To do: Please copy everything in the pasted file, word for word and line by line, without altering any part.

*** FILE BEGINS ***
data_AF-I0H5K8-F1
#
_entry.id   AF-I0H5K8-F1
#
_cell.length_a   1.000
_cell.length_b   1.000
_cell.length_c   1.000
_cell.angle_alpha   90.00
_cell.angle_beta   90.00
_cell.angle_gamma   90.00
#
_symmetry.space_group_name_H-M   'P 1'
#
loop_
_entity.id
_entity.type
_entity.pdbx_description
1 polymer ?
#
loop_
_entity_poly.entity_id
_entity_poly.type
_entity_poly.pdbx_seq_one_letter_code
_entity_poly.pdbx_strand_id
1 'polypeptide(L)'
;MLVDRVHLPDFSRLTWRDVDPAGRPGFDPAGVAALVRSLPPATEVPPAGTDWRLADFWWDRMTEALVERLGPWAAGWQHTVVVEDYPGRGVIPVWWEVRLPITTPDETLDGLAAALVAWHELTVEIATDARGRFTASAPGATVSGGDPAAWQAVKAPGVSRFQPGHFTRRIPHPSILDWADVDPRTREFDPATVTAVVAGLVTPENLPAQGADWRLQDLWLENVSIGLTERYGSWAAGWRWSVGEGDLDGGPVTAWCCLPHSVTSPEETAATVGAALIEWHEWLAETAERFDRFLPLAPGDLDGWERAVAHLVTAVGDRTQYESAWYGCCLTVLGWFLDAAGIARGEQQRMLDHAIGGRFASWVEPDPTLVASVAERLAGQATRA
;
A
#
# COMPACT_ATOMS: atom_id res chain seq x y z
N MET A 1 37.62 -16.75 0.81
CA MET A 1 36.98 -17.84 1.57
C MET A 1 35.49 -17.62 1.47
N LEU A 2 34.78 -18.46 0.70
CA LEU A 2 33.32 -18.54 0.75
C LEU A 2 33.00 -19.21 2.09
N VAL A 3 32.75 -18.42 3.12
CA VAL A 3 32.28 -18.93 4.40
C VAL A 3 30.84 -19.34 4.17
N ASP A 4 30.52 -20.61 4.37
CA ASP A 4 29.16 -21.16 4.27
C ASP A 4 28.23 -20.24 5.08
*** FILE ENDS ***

data_AF-I0H5K8-F1
#
_entry.id   AF-I0H5K8-F1
#
_cell.length_a   1.000
_cell.length_b   1.000
_cell.length_c   1.000
_cell.angle_alpha   90.00
_cell.angle_beta   90.00
_cell.angle_gamma   90.00
#
_symmetry.space_group_name_H-M   'P 1'
#
loop_
_entity.id
_entity.type
_entity.pdbx_description
1 polymer ?
#
loop_
_entity_poly.entity_id
_entity_poly.type
_entity_poly.pdbx_seq_one_letter_code
_entity_poly.pdbx_strand_id
1 'polypeptide(L)'
;MLVDRVHLPDFSRLTWRDVDPAGRPGFDPAGVAALVRSLPPATEVPPAGTDWRLADFWWDRMTEALVERLGPWAAGWQHTVVVEDYPGRGVIPVWWEVRLPITTPDETLDGLAAALVAWHELTVEIATDARGRFTASAPGATVSGGDPAAWQAVKAPGVSRFQPGHFTRRIPHPSILDWADVDPRTREFDPATVTAVVAGLVTPENLPAQGADWRLQDLWLENVSIGLTERYGSWAAGWRWSVGEGDLDGGPVTAWCCLPHSVTSPEETAATVGAALIEWHEWLAETAERFDRFLPLAPGDLDGWERAVAHLVTAVGDRTQYESAWYGCCLTVLGWFLDAAGIARGEQQRMLDHAIGGRFASWVEPDPTLVASVAERLAGQATRA
;
A
#
# COMPACT_ATOMS: atom_id res chain seq x y z
N MET A 1 37.62 -16.75 0.81
CA MET A 1 36.98 -17.84 1.57
C MET A 1 35.49 -17.62 1.47
N LEU A 2 34.78 -18.46 0.70
CA LEU A 2 33.32 -18.54 0.75
C LEU A 2 33.00 -19.21 2.09
N VAL A 3 32.75 -18.42 3.12
CA VAL A 3 32.28 -18.93 4.40
C VAL A 3 30.84 -19.34 4.17
N ASP A 4 30.52 -20.61 4.37
CA ASP A 4 29.16 -21.16 4.27
C ASP A 4 28.23 -20.24 5.08